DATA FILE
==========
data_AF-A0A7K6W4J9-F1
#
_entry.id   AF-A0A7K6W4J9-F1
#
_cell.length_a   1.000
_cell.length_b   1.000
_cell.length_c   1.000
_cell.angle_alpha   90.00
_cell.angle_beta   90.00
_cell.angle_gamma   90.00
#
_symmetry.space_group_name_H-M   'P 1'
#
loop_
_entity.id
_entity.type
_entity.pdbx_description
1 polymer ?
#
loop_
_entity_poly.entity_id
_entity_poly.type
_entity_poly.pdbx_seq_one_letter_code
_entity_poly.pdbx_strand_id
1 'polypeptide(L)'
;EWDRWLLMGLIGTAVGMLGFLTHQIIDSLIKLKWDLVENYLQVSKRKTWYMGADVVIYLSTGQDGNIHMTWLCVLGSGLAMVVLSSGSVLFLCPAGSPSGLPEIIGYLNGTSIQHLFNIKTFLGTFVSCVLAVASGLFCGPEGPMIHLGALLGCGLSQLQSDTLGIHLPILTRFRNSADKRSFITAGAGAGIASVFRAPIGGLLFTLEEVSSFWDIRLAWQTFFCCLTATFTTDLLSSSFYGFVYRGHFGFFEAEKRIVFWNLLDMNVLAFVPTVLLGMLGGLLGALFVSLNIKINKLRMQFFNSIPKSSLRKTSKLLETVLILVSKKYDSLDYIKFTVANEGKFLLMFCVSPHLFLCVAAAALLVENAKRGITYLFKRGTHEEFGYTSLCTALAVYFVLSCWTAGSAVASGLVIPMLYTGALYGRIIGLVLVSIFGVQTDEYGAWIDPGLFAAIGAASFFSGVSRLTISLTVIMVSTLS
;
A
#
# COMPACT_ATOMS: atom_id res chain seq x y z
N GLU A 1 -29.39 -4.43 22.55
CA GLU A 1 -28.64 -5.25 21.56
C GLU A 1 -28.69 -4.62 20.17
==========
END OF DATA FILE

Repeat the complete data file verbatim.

data_AF-A0A7K6W4J9-F1
#
_entry.id   AF-A0A7K6W4J9-F1
#
_cell.length_a   1.000
_cell.length_b   1.000
_cell.length_c   1.000
_cell.angle_alpha   90.00
_cell.angle_beta   90.00
_cell.angle_gamma   90.00
#
_symmetry.space_group_name_H-M   'P 1'
#
loop_
_entity.id
_entity.type
_entity.pdbx_description
1 polymer ?
#
loop_
_entity_poly.entity_id
_entity_poly.type
_entity_poly.pdbx_seq_one_letter_code
_entity_poly.pdbx_strand_id
1 'polypeptide(L)'
;EWDRWLLMGLIGTAVGMLGFLTHQIIDSLIKLKWDLVENYLQVSKRKTWYMGADVVIYLSTGQDGNIHMTWLCVLGSGLAMVVLSSGSVLFLCPAGSPSGLPEIIGYLNGTSIQHLFNIKTFLGTFVSCVLAVASGLFCGPEGPMIHLGALLGCGLSQLQSDTLGIHLPILTRFRNSADKRSFITAGAGAGIASVFRAPIGGLLFTLEEVSSFWDIRLAWQTFFCCLTATFTTDLLSSSFYGFVYRGHFGFFEAEKRIVFWNLLDMNVLAFVPTVLLGMLGGLLGALFVSLNIKINKLRMQFFNSIPKSSLRKTSKLLETVLILVSKKYDSLDYIKFTVANEGKFLLMFCVSPHLFLCVAAAALLVENAKRGITYLFKRGTHEEFGYTSLCTALAVYFVLSCWTAGSAVASGLVIPMLYTGALYGRIIGLVLVSIFGVQTDEYGAWIDPGLFAAIGAASFFSGVSRLTISLTVIMVSTLS
;
A
#
# COMPACT_ATOMS: atom_id res chain seq x y z
N GLU A 1 -29.39 -4.43 22.55
CA GLU A 1 -28.64 -5.25 21.56
C GLU A 1 -28.69 -4.62 20.17